26th April 2016 at 2:55pm
A new study brings pensions out on top when it comes to saving for your old age.
A tax-efficient winner
A recent study by the Institute of Fiscal Studies (IFS) found pensions are still the most tax-efficient way to save, despite the big tax changes introduced this year.
The IFS compared the returns you’d receive saving into a pension with alternatives such as buying your own home, becoming a buy-to-let landlord and investing in a stocks & shares ISA.
Why pensions are the best option
They all have their merits but it was the tax advantages associated with pensions that tipped the balance in their favour.
Pensions also receive a huge boost thanks to the introduction of the auto enrolment legislation, which means employers have to match employee contributions. According to the IFS, workers get a 60% boost to their pension pots under the new set-up. “Since employers rarely make equivalent offers to match employees’ contributions to say, an ISA or a house, it makes savings in a pension much more attractive relative to other assets,” the report said.
And paying into a personal pension, you are effectively lowering your income tax bill the study concluded. What’s more, the returns on your investments are not taxed (though you will pay income tax on withdrawals).
With the added bonus that you can take 25% of your pension pot as a lump sum without having to pay a penny in tax, pensions looked an attractive option. In the words of the IFS “pension saving is in effect subsidised”.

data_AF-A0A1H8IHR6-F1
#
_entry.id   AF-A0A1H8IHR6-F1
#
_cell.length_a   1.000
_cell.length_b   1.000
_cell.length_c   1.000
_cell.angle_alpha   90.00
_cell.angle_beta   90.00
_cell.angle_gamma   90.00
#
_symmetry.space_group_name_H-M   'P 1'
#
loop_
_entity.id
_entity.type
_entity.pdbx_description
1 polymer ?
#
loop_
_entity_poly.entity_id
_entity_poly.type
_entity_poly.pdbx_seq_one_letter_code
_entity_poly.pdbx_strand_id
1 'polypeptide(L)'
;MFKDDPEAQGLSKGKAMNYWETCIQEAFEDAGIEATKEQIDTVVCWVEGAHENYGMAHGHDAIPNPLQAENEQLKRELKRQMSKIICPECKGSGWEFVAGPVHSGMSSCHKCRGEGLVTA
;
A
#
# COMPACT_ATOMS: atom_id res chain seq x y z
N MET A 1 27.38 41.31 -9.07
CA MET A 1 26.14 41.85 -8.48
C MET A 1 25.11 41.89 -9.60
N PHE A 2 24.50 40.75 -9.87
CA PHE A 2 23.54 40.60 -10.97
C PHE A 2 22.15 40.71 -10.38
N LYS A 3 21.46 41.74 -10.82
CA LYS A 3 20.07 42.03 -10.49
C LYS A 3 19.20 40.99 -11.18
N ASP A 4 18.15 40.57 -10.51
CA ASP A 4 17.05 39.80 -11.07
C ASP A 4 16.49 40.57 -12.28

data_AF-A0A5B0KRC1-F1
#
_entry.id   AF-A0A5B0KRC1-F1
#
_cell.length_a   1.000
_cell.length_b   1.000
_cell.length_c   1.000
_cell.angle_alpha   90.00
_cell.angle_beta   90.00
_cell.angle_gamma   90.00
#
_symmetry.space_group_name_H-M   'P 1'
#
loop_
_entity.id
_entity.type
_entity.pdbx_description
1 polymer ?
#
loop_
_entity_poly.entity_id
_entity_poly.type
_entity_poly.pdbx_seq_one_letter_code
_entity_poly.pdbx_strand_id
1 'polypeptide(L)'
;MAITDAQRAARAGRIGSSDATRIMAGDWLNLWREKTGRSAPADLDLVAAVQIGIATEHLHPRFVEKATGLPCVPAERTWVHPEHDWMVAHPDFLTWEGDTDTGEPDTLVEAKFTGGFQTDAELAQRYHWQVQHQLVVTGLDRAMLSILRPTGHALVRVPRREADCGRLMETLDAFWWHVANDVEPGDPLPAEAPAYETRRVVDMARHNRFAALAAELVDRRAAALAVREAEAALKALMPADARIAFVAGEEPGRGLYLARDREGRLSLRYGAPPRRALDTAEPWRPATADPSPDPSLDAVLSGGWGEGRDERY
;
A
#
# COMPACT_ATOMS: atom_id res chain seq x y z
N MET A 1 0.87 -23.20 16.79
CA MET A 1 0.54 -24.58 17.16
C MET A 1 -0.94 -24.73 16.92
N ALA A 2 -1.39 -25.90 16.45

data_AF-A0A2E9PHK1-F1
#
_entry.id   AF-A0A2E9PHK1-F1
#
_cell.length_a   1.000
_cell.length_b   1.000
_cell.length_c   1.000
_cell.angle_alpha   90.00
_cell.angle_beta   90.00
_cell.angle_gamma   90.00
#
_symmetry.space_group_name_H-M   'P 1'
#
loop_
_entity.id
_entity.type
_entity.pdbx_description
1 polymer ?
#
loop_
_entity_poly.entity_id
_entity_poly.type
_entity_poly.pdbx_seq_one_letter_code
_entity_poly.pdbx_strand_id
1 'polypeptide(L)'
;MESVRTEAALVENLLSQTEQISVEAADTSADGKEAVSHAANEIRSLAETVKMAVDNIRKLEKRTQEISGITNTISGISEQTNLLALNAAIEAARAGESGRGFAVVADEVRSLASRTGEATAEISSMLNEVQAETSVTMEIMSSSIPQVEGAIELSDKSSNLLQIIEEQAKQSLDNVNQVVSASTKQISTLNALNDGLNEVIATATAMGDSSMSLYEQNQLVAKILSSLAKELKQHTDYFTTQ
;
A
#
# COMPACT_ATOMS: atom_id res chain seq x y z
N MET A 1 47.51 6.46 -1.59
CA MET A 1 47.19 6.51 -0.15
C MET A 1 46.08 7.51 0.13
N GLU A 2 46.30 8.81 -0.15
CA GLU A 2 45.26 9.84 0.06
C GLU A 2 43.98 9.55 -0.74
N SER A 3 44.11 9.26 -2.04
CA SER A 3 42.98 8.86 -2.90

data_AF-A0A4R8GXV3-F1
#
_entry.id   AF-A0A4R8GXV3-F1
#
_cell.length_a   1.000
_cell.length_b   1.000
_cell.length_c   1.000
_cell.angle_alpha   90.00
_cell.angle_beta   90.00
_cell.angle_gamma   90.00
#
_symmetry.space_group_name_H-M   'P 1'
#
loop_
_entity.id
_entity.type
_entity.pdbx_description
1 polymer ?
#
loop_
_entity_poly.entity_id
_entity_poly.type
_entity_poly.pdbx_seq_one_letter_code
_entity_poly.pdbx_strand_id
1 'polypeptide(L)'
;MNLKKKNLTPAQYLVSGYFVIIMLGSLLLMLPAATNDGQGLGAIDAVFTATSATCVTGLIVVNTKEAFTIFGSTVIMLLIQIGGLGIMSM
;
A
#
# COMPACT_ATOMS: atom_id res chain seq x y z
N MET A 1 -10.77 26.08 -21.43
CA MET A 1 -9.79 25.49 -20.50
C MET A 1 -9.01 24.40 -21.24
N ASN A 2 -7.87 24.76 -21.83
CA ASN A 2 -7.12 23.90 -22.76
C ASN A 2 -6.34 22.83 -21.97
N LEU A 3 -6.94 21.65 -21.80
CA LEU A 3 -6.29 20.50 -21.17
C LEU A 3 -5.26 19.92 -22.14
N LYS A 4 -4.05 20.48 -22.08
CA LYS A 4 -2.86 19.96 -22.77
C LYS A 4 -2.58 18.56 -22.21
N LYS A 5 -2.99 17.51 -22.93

Tax changes make no difference
Pensions still came out on top despite a number of changes to the ways savings are taxed from April 2016. There is the new Personal Savings Allowance (PSA), which will allow basic rate taxpayers to enjoy up to £1,000 of interest from their savings absolutely tax free. Higher-rate taxpayers are allowed £500, whilst additional rate taxpayers don’t have any PSA.
This will mean 16 million people stop paying any interest on their savings income, says the IFS, and 95% of people will no longer have their savings taxed.
However the report says the change will weaken the incentive for many people to save in a cash ISA.
“For most people, the ordinary bank account will in effect be tax free in much the same way as cash ISAs, and there will be little incentive to save in a cash ISA,” it said.
The PSA also means an end to tax deduction at source on savings accounts provided by banks and building societies, which will be of particular help to pensioners.
From April 2016, dividends up to the value of £5,000 a year will be tax free, although anyone receiving more than that will pay higher rates than at present.
The research also found that those people wanting to invest in property will make a far more tax-efficient move by investing in their own home, rather than by becoming buy-to-let landlords.
“Investment in owner-occupied housing is significantly more tax-advantaged than investment in property to let, even before recently announced changes to the treatment of mortgage interest for landlords,” says the report.
Saving for the future
For those of us who want to save long term, the message from the IFS is clear – think about having a pension.
Do bear in mind that laws and tax rules may change in the future and the information here is based on our understanding in April 2016.
Personal circumstances also have an impact on tax treatment. Investments can go down as well as up and you may get back less than you pay in. The information in this blog or any response to comments should not be regarded as financial advice.